29 November 2008

MMVIII: songs

Vampire Weekend - A-Punk
As previously mentioned, "A-Punk" is pretty much the song of the summer, possibly even the year. The song that brought the band to a much, much wider audience than they would have reached had they become permanent residents of the blogosphere (I'm looking at you, Black Kids). A hit at with indie disco regulars, the chavvy ringtone crew, the Tesco mums and pretty much everyone, despite none of them having a clue what is being said throughout. the infectious "Hey hey hey hey!" chorus means the song latches onto your memory and doesn't let go. An antidote to the current hard times from the anti-Strokes, who are even more brilliant.

Keane - Spiralling
Well this was a surprise. Keane; the purveyors of banal, bland, inoffensive, piss-poor piano pop come out with a heavily 80s influenced monster of a choon, basslines and a riff that Franz Ferdinand would be proud of. Although not representative of the album as a whole, it's a song for the clubs, and for house parties, yet like "A-Punk", has pretty universal appeal. Still can't stand them though.

Hot Chip - Ready For The Floor
Starts of as typical Hot Chip and develops into the perfect pop song. Melodious, dreamy, yet definitely danceable. Alexis Taylor's vocals are dreamy and gentle, just on the right side of twee; a direct contrast to the clunky beats and funky synths behind. Add to that a scattering of guitar and a chorus that grows and grows on you, deserving to be heard by everyone.

Glasvegas - Flowers & Football Tops
For any band, it takes some confidence to put a song of four and a half minutes on your debut album, as this is the one thing that can make or break your career. But to have an almost 7 minute song as the opener of your album, and the first minute and 17 seconds of that as just feedback and noise takes cajones the size of the moon. That's what Glasvegas did in "F&FT". Based on the racial murder of a Glasgow schoolboy, the song goes through the heartbreak of losing a son, with a Spector-ish "Wall of Sound" and James Allan's unmistakable Glaswegian brogue. But it's the last two minutes where the song really turns epic. The drums stop and the feedback continues into "You Are My Sunshine" which cannot be described in word without sounding like hyperbole. But it definitely lives up to hype.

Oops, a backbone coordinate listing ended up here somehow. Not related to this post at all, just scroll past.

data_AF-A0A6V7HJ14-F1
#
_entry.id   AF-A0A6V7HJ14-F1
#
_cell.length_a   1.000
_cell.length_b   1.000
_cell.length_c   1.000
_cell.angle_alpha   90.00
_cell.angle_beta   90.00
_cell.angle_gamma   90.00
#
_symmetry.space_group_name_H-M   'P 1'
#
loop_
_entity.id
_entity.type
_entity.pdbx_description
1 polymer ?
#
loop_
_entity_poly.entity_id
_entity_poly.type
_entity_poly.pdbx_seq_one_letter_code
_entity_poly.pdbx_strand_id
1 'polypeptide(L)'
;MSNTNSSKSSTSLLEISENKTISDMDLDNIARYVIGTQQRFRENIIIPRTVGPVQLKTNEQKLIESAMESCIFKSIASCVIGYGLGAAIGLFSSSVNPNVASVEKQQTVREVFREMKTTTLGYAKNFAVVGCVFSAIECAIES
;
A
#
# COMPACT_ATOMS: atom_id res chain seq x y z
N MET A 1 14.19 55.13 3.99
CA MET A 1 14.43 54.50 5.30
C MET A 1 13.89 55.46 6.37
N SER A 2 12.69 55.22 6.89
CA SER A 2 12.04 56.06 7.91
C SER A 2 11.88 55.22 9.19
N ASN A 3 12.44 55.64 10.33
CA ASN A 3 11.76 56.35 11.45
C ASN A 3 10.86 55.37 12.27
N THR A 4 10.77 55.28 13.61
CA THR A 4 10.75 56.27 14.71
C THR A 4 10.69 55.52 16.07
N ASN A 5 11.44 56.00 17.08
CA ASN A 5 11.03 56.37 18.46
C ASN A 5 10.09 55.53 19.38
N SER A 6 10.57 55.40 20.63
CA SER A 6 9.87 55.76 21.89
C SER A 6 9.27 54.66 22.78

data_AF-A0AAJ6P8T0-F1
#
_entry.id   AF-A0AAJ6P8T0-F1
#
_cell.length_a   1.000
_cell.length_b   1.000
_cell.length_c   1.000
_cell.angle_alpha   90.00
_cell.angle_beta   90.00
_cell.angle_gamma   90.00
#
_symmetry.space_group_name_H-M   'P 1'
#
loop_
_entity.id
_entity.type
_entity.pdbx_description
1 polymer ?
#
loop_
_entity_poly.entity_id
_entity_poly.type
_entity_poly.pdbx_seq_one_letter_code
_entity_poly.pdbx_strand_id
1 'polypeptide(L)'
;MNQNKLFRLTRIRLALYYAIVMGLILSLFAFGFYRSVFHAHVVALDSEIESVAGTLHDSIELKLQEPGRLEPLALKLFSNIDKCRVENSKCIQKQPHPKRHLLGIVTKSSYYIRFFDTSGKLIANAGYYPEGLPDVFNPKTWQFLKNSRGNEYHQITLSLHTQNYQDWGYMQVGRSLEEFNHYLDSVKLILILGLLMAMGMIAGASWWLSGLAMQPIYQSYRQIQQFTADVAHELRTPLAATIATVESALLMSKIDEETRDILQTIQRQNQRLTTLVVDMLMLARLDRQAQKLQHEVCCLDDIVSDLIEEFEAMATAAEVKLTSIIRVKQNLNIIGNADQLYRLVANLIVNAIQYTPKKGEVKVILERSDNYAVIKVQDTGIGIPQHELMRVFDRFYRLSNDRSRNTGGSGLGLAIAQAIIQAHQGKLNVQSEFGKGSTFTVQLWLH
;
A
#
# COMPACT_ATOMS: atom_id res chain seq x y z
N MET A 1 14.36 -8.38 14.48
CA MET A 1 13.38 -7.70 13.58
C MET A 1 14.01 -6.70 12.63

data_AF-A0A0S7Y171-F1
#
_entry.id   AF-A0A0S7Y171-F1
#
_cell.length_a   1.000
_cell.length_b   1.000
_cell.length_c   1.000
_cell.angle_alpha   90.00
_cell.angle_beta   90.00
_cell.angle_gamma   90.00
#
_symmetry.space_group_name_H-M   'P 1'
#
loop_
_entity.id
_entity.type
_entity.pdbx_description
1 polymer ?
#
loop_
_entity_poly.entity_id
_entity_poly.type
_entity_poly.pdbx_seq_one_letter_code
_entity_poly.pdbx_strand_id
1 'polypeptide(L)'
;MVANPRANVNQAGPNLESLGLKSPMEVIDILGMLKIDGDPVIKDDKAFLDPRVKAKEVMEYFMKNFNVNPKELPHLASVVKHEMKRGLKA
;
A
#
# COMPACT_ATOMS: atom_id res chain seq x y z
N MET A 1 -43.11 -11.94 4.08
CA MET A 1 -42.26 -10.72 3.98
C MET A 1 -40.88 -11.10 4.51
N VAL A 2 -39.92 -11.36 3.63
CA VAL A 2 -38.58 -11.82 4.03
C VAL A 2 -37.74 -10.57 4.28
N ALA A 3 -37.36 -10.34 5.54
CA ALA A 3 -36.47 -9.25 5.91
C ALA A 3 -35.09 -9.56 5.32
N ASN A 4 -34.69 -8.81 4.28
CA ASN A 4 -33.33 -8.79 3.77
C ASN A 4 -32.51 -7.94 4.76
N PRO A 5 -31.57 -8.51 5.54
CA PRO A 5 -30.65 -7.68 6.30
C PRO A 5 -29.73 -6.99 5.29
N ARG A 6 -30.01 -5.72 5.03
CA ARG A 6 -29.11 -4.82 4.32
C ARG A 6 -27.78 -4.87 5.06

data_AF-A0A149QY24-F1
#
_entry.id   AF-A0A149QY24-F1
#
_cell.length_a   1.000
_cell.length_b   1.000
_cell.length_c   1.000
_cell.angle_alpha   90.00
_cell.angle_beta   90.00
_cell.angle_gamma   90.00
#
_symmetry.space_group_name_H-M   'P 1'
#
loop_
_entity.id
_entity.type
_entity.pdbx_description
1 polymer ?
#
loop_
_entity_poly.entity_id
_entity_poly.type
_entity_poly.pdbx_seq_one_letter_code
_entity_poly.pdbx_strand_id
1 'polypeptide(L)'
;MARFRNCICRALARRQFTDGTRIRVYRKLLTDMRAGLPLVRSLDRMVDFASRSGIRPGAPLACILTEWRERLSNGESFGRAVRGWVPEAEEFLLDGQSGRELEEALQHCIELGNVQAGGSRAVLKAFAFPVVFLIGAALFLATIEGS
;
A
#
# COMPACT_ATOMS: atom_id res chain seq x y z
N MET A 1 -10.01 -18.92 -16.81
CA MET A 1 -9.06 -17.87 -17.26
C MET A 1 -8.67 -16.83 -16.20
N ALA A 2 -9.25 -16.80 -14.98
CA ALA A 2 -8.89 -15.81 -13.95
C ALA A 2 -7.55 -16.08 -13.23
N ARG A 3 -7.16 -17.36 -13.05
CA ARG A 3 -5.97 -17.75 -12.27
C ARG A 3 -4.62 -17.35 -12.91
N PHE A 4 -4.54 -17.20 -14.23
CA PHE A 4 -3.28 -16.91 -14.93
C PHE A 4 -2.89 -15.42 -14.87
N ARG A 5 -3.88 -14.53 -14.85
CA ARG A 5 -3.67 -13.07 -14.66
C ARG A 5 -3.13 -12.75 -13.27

Friendly Fires - Paris
A few years ago, Franz Ferdinand were making the dancefloor seems like the greatest invention ever. Fast forward to now and a different FF are doing the exact same, but not with guitars; with cowbells, plenty of drums, and wave after wave of synth. This band is Friendly Fires. Three lads from St. Albans making a combination of shoegaze, disco and dance may not sound too appealing, but on "Paris", they show that it's a damn good idea. Romantic as can be in it's lyrics ("Every night, we can watch the stars/They'll be out for us") with a wall of noise not entirely dissimilar to Glasvegas, but much more lush and softer. It's as perfect a song can get, like a smoother, cooler brother of "Ready For The Floor"